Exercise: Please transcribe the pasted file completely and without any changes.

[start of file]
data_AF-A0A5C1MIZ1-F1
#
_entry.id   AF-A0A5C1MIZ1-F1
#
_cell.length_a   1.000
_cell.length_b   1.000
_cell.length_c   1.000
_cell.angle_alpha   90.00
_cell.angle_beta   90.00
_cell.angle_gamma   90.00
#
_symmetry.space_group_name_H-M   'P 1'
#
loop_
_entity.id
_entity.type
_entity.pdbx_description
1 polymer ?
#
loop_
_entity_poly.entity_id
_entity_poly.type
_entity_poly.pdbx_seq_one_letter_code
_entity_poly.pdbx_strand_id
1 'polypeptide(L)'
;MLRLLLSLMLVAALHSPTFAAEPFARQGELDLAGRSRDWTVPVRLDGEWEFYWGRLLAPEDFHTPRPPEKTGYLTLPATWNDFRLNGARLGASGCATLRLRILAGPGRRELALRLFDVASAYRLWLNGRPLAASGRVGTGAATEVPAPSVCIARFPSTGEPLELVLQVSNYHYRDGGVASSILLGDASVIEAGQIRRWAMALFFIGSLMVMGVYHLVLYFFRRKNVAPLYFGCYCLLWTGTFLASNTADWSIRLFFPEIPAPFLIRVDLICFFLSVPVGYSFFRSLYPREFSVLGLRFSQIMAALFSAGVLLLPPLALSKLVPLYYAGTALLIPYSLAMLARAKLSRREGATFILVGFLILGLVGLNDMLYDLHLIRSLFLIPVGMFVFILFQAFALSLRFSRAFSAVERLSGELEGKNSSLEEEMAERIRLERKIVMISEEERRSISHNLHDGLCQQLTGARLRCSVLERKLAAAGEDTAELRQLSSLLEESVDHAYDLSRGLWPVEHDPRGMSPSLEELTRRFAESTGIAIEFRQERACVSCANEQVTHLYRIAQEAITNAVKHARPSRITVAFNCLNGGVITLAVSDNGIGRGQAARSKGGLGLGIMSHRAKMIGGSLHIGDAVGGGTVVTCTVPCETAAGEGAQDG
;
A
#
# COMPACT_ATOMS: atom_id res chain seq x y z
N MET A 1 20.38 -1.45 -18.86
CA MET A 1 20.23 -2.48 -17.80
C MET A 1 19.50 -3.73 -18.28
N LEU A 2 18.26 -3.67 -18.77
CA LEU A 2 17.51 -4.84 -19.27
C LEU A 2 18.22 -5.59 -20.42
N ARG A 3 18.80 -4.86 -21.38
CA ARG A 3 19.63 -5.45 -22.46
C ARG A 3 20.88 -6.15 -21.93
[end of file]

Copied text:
data_AF-A0A5C1MIZ1-F1
#
_entry.id   AF-A0A5C1MIZ1-F1
#
_cell.length_a   1.000
_cell.length_b   1.000
_cell.length_c   1.000
_cell.angle_alpha   90.00
_cell.angle_beta   90.00
_cell.angle_gamma   90.00
#
_symmetry.space_group_name_H-M   'P 1'
#
loop_
_entity.id
_entity.type
_entity.pdbx_description
1 polymer ?
#
loop_
_entity_poly.entity_id
_entity_poly.type
_entity_poly.pdbx_seq_one_letter_code
_entity_poly.pdbx_strand_id
1 'polypeptide(L)'
;MLRLLLSLMLVAALHSPTFAAEPFARQGELDLAGRSRDWTVPVRLDGEWEFYWGRLLAPEDFHTPRPPEKTGYLTLPATWNDFRLNGARLGASGCATLRLRILAGPGRRELALRLFDVASAYRLWLNGRPLAASGRVGTGAATEVPAPSVCIARFPSTGEPLELVLQVSNYHYRDGGVASSILLGDASVIEAGQIRRWAMALFFIGSLMVMGVYHLVLYFFRRKNVAPLYFGCYCLLWTGTFLASNTADWSIRLFFPEIPAPFLIRVDLICFFLSVPVGYSFFRSLYPREFSVLGLRFSQIMAALFSAGVLLLPPLALSKLVPLYYAGTALLIPYSLAMLARAKLSRREGATFILVGFLILGLVGLNDMLYDLHLIRSLFLIPVGMFVFILFQAFALSLRFSRAFSAVERLSGELEGKNSSLEEEMAERIRLERKIVMISEEERRSISHNLHDGLCQQLTGARLRCSVLERKLAAAGEDTAELRQLSSLLEESVDHAYDLSRGLWPVEHDPRGMSPSLEELTRRFAESTGIAIEFRQERACVSCANEQVTHLYRIAQEAITNAVKHARPSRITVAFNCLNGGVITLAVSDNGIGRGQAARSKGGLGLGIMSHRAKMIGGSLHIGDAVGGGTVVTCTVPCETAAGEGAQDG
;
A
#
# COMPACT_ATOMS: atom_id res chain seq x y z
N MET A 1 20.38 -1.45 -18.86
CA MET A 1 20.23 -2.48 -17.80
C MET A 1 19.50 -3.73 -18.28
N LEU A 2 18.26 -3.67 -18.77
CA LEU A 2 17.51 -4.84 -19.27
C LEU A 2 18.22 -5.59 -20.42
N ARG A 3 18.80 -4.86 -21.38
CA ARG A 3 19.63 -5.45 -22.46
C ARG A 3 20.88 -6.15 -21.93